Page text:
ΔGopen was defined as the energy required to make the specified region accessible for sRNA-target interactions. ΔGopen was computed as the difference between ΔGunpaired and ΔGpaired. ΔGpaired was defined as the free energy of the ensemble of all secondary structures of the specified region and additional flanking upstream and downstream sequences. ΔGunpaired was defined as the free energy of the ensemble of all secondary structures of the specified region and additional flanking upstream and downstream sequences, in which the specified region was required to be unpaired. Full-length sequences were used for the calculations of ΔGpaired and ΔGunpaired for sRNAs. For mRNA targets, the specified target region and 100 additional nucleotides of upstream and downstream flanking sequence were used to calculate ΔGpaired and ΔGunpaired. Flanking regions of 100 nucleotides in length were chosen based on the fact that there was a low probability of secondary structure base-pairing interactions between sequences separated by more than 100 nucleotides. For example, Lu and Mathews  found that over 75% of base pairs occurred between nucleotides separated by fewer than 100 nucleotides in rRNA with known secondary structure. Zhao et al.  and Kertesz et al.  used the value of 70 additional nucleotides of upstream and downstream for miRNA target prediction. Richter et al.  used 200 nt window for target prediction of sRNA Yfr1. Furthermore, this constraint also reduced significantly the time complexity of the computations described above. ΔGpaired was computed using RNAfold  with ‘-p0’ option, to calculate the ensemble free energy. ΔGunpaired was computed using RNAfold with ‘-p0 -C’ options, to calculate the ensemble free energy when imposing the specified region to be single-stranded. In sRNA-target interactions, ΔGopen included both the energy of opening sRNA specified region and the energy of opening target specified region.
ΔΔG was defined to be equal to the sum of ΔGhybrid and ΔGopen.
For the two-step model of hybridization, stable hybridization of the seed region is a prerequisite for the second step. To select stable duplexes, we examined the secondary structures of the 32 experimentally-validated sRNA-mRNA pairs in the training dataset. We found that all of the corresponding secondary structures contained at least one duplex, with no less than five consecutive base pairs. The number of G-U and G-C base pairs within these duplexes was found to vary with duplex length. Shorter duplexes tended to have more G-C pairs and less G-U pairs. Based on these observations, potential helical regions that satisfied the following four conditions were kept for further analysis: (1) if the length of the helical region was 5 nt, G-U base pairs were forbidden and at least 4 G-C base pairs or 3 consecutive G-C base pairs must be present; (2) if the length of the helical region was 6∼7 nt, at most one G-U base pair and at least 3 G-C base pairs must be present; (3) if the length of the helical region was 8∼9 nt, at most one G-U base pair and at least 2 G-C base pairs must be present; and (4) if the length of the helical region was 10 nt or more, at most 4 G-U base pairs and at least 2 G-C base pairs must be present.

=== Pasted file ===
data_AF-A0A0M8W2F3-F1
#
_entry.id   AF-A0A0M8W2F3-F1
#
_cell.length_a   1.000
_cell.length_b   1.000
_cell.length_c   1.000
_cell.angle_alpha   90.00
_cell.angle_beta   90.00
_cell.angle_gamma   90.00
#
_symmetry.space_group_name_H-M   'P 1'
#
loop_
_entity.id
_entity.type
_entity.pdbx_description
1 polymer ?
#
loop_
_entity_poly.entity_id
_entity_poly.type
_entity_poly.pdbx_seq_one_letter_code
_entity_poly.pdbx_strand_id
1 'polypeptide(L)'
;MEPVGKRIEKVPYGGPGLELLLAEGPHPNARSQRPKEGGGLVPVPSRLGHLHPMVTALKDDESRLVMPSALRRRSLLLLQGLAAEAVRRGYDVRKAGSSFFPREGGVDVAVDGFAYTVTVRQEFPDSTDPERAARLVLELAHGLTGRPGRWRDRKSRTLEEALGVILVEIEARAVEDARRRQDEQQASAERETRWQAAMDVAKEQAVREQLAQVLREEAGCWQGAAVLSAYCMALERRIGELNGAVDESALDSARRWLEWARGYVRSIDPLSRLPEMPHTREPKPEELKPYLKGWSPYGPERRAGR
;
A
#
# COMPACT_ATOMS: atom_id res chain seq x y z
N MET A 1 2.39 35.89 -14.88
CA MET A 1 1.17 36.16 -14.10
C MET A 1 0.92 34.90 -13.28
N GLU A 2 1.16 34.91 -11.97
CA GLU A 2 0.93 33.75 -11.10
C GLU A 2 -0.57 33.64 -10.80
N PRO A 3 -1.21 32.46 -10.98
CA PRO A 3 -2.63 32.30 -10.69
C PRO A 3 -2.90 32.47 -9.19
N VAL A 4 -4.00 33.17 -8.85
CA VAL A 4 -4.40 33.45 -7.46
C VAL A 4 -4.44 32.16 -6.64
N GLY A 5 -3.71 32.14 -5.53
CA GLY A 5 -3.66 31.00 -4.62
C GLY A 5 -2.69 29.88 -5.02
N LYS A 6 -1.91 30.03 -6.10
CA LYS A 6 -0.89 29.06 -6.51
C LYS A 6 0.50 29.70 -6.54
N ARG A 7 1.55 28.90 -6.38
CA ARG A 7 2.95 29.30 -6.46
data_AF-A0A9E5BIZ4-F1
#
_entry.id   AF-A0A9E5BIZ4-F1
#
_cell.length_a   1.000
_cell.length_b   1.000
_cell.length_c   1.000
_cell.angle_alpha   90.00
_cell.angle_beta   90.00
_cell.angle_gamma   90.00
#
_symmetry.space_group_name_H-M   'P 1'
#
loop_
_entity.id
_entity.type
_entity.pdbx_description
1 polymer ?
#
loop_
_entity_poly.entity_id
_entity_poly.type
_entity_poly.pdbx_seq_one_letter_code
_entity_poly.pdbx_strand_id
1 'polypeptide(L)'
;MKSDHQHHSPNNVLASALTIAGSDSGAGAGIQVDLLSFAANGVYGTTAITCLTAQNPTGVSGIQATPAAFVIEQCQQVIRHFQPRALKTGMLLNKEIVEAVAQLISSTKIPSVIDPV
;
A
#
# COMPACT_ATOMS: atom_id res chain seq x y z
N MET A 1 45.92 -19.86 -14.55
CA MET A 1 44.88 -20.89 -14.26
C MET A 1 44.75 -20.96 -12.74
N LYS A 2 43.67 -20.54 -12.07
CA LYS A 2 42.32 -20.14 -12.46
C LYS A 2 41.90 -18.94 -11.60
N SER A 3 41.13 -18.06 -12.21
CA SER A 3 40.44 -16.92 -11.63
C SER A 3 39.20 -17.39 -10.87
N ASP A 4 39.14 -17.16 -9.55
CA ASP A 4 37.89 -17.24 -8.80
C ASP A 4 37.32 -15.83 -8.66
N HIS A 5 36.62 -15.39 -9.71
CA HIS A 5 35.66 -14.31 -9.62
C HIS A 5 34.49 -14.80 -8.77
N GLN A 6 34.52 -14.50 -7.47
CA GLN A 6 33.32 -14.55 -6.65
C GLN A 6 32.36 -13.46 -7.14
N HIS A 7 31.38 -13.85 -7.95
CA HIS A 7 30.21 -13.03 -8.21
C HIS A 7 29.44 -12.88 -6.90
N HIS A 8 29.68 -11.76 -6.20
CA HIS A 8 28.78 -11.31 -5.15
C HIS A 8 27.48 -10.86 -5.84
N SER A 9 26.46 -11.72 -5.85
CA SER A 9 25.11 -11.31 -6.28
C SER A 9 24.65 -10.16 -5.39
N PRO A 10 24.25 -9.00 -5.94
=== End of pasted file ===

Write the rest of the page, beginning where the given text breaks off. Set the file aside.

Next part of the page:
After applying the above restrictions in all the potential helical regions in the 32 training pairs, we obtained 460 potential seeds, including 38 true seeds (consistent with the reported hybrid structures) and 422 pseudo seeds (inconsistent with the reported hybrid structures). Among them, 38 true seeds were distributed in 32 training pairs. To examine the thermodynamic stability and site accessibility of these seeds, we calculated their ΔΔG values. Figure 2 shows the ΔΔG distribution of true seeds (in gray) and pseudo seeds (in white). From this distribution, it is evident that all but two true seeds had ΔΔG values less than −2 kcal/mol, whereas the majority of pseudo seeds had ΔΔG values greater than −2 kcal/mol. Therefore, based on these results, we selected −2 kcal/mol as the threshold for thermodynamic stability and site accessibility for seed regions. Using this constraint, we obtained 36 true seeds and 116 pseudo seeds. Among them, 36 true seeds were distributed in 31 training pairs. Therefore, using the seed selection criterion defined above, we recovered 97% (31/32) of the training pairs and only kept 27% (116/422) of the pseudo seeds.